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Horsebreeding and racing in Ireland-time for a quota?

Home Forums Horse Racing Horsebreeding and racing in Ireland-time for a quota?

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  • #4707
    SirHarryLewis
    Participant
    • Total Posts 1208

    I was at the sales recently. Tattersalls Derby Sale to be honest. Its been a few years, 3 actually, since I was there last and yet its only now Im becoming aware of a serious problem. There are too many horses in this country. All very well if you want a better raiding team for Cheltenham. Think New Zealand and rugby.

    On the other hand, the wastage is nothing short of frightening and I for one think there should be a limit as to the amount of horses that are allowed to be bred in the country. Quotas are in order. I daresay it would be interesting research for someone to actually count the number of horses going through tattersalls or goffs in Ireland these days compared to 10 or 15 years ago. Theres just not enough opportunities for them and anyone with an interest in animal welfare or even in the overal health of the industry should be concerned.

    As Dessie Hughes said last year, theres not enough racing for them. He might be right but can we actually sustain enough race meetings to make any real distance? Racing in recent years means lots of balloting and too many divisions of point to point races.

    Heres a recent comment from Horse racing Ireland (July of this year) on the situation.

    “The total number of fixtures and races also increased, by two and twenty eight respectively, with 15,275 runners giving an average field size of 14.6.

    The average number of horses in training increased by 3.2% to 6799, reflecting both the strong demand for racehorse ownership and a growing foal population.

    This, however, has resulted in too many horses being entered for the available races with the result that over 11,000 horses were balloted out of races in the period.

    Brian Kavanagh commented: ‘This situation is not sustainable and was the subject of a special HRI Board meeting in June to consider ways of addressing the problem. After detailed analysis the HRI executives will bring forward proposals to the Board in August and, once finalised, their conclusions will be published thereafter. “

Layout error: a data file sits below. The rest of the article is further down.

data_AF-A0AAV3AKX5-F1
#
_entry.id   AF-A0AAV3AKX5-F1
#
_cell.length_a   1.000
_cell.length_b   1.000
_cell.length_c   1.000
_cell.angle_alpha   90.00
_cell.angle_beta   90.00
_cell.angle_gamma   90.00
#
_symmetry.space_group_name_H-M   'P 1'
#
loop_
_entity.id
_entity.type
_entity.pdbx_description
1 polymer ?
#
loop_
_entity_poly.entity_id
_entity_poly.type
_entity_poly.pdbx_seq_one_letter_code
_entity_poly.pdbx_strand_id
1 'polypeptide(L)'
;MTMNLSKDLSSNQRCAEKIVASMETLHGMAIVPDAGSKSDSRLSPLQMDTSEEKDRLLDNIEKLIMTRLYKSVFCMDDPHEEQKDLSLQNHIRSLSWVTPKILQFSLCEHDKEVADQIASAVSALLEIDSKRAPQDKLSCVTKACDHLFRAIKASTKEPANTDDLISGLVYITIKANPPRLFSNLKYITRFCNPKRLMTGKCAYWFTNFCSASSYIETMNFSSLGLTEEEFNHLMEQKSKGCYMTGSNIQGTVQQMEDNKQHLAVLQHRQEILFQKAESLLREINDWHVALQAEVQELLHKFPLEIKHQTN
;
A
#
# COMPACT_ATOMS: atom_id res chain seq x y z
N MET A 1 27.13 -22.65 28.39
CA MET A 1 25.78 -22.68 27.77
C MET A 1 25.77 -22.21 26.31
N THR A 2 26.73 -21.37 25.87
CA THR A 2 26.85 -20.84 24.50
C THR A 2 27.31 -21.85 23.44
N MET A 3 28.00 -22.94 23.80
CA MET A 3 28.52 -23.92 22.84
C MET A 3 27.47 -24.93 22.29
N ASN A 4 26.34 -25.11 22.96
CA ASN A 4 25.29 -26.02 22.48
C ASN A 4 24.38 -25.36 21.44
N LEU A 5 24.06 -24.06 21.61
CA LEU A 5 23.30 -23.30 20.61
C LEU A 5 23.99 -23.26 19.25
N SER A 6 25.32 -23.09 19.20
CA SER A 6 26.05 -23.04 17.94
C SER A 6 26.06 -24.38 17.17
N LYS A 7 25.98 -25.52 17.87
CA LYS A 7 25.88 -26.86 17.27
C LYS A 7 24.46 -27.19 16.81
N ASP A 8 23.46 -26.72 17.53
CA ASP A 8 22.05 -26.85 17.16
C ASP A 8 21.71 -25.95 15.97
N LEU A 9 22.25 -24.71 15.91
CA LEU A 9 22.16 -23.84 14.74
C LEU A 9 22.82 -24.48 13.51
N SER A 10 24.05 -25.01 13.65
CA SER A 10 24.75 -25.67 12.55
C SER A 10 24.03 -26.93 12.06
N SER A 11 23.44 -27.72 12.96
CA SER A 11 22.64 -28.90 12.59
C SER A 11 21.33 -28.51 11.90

There you have it. This was written in the half year report. Im pretty sure he doesnt mention anything about Point to point racing (but Im not sure) and its only there that you see how scary the situation is.

    Also, and Id be interested in hearing from anyone who sells store horses but the price of foals is extraordinary and trying to turn a few bob on them by selling at 3 and 4 is getting tougher and tougher.

    SHL

    #108965
    TheCheekster
    Member
    • Total Posts 329

    I completely agree about the state of the breeding industry.
    I think it would be wise to follow the lead of the various sport horse associations on this one. Only let ‘graded’ mares stock be registered.
    Would be very hard to implement, but worthwhile. No need to go showing , if the mares won they get in. If the mares placed and has a good pedigree they get in.
    I think the ‘unraced’ mares are the problem. There is just no knowing if whatever caused them not to race can be overided by the obvious strong genes in a good page. These would have to be assessed carefully.
    I hate going to the sales with a list of 50 to look at, and only finding 2 that I would consider staright enough to race soundly for a few years.
    TBH I can get quite angry about it.
    I guess I will keep on doing so too, no way will the HRA/Weatherby’s grow the backbone they need to tackle this issue and blow the Irish con artists out of the water.

    #109100
    SirHarryLewis
    Participant
    • Total Posts 1208

    I completely agree about the state of the breeding industry.
    I think it would be wise to follow the lead of the various sport horse associations on this one. Only let ‘graded’ mares stock be registered.
    Would be very hard to implement, but worthwhile. No need to go showing , if the mares won they get in. If the mares placed and has a good pedigree they get in.
    I think the ‘unraced’ mares are the problem. There is just no knowing if whatever caused them not to race can be overided by the obvious strong genes in a good page. These would have to be assessed carefully.
    I hate going to the sales with a list of 50 to look at, and only finding 2 that I would consider staright enough to race soundly for a few years.
    TBH I can get quite angry about it.
    I guess I will keep on doing so too, no way will the HRA/Weatherby’s grow the backbone they need to tackle this issue and blow the Irish con artists out of the water.

    Interesting points but a couple of things to consider.

    Firstly, I can talk about Flat racing but I find in the case of national hunt that when it comes to winners, alot of them come from unfashionable backgrounds or were bought cheap at the sales. National hunt racing in particular is litterd with horses like Desert Orchid, Limestone lad, Lady Rebecca, Best Mate at the time who were cheap enough at some stage in there lives.